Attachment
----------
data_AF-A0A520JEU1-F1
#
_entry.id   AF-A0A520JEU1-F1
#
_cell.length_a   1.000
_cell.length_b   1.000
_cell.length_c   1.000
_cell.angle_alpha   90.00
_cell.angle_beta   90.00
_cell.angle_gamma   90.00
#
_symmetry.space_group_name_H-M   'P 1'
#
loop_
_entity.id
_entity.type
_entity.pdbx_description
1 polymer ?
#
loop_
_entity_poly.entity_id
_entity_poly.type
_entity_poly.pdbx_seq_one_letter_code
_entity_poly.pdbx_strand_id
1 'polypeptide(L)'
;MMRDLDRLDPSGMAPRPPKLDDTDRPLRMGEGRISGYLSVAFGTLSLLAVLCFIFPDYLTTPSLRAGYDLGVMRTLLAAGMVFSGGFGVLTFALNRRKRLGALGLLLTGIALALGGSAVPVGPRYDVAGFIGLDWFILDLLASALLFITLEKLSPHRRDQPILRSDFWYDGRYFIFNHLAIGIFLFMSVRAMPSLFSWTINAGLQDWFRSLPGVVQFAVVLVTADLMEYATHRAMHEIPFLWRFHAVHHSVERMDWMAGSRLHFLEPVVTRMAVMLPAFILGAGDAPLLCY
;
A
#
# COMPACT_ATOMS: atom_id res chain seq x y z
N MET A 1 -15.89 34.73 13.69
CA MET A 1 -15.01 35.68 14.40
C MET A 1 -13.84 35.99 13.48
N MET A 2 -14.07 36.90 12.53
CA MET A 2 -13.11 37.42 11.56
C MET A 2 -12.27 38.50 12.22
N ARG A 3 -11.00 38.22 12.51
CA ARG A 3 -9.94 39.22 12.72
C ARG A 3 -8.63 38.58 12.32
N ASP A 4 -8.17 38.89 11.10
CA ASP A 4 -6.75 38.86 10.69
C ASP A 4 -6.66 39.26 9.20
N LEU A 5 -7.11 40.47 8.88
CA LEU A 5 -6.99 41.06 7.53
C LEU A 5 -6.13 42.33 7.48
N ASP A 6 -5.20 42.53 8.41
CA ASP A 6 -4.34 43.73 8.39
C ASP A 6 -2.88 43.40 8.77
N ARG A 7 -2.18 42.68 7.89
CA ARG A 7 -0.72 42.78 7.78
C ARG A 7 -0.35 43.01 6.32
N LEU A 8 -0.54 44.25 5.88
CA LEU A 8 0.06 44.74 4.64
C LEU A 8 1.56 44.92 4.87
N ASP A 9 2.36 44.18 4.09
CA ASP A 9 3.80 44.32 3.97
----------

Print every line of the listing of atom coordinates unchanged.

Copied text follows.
data_AF-A0A520JEU1-F1
#
_entry.id   AF-A0A520JEU1-F1
#
_cell.length_a   1.000
_cell.length_b   1.000
_cell.length_c   1.000
_cell.angle_alpha   90.00
_cell.angle_beta   90.00
_cell.angle_gamma   90.00
#
_symmetry.space_group_name_H-M   'P 1'
#
loop_
_entity.id
_entity.type
_entity.pdbx_description
1 polymer ?
#
loop_
_entity_poly.entity_id
_entity_poly.type
_entity_poly.pdbx_seq_one_letter_code
_entity_poly.pdbx_strand_id
1 'polypeptide(L)'
;MMRDLDRLDPSGMAPRPPKLDDTDRPLRMGEGRISGYLSVAFGTLSLLAVLCFIFPDYLTTPSLRAGYDLGVMRTLLAAGMVFSGGFGVLTFALNRRKRLGALGLLLTGIALALGGSAVPVGPRYDVAGFIGLDWFILDLLASALLFITLEKLSPHRRDQPILRSDFWYDGRYFIFNHLAIGIFLFMSVRAMPSLFSWTINAGLQDWFRSLPGVVQFAVVLVTADLMEYATHRAMHEIPFLWRFHAVHHSVERMDWMAGSRLHFLEPVVTRMAVMLPAFILGAGDAPLLCY
;
A
#
# COMPACT_ATOMS: atom_id res chain seq x y z
N MET A 1 -15.89 34.73 13.69
CA MET A 1 -15.01 35.68 14.40
C MET A 1 -13.84 35.99 13.48
N MET A 2 -14.07 36.90 12.53
CA MET A 2 -13.11 37.42 11.56
C MET A 2 -12.27 38.50 12.22
N ARG A 3 -11.00 38.22 12.51
CA ARG A 3 -9.94 39.22 12.72
C ARG A 3 -8.63 38.58 12.32
N ASP A 4 -8.17 38.89 11.10
CA ASP A 4 -6.75 38.86 10.69
C ASP A 4 -6.66 39.26 9.20
N LEU A 5 -7.11 40.47 8.88
CA LEU A 5 -6.99 41.06 7.53
C LEU A 5 -6.13 42.33 7.48
N ASP A 6 -5.20 42.53 8.41
CA ASP A 6 -4.34 43.73 8.39
C ASP A 6 -2.88 43.40 8.77
N ARG A 7 -2.18 42.68 7.89
CA ARG A 7 -0.72 42.78 7.78
C ARG A 7 -0.35 43.01 6.32
N LEU A 8 -0.54 44.25 5.88
CA LEU A 8 0.06 44.74 4.64
C LEU A 8 1.56 44.92 4.87
N ASP A 9 2.36 44.18 4.09
CA ASP A 9 3.80 44.32 3.97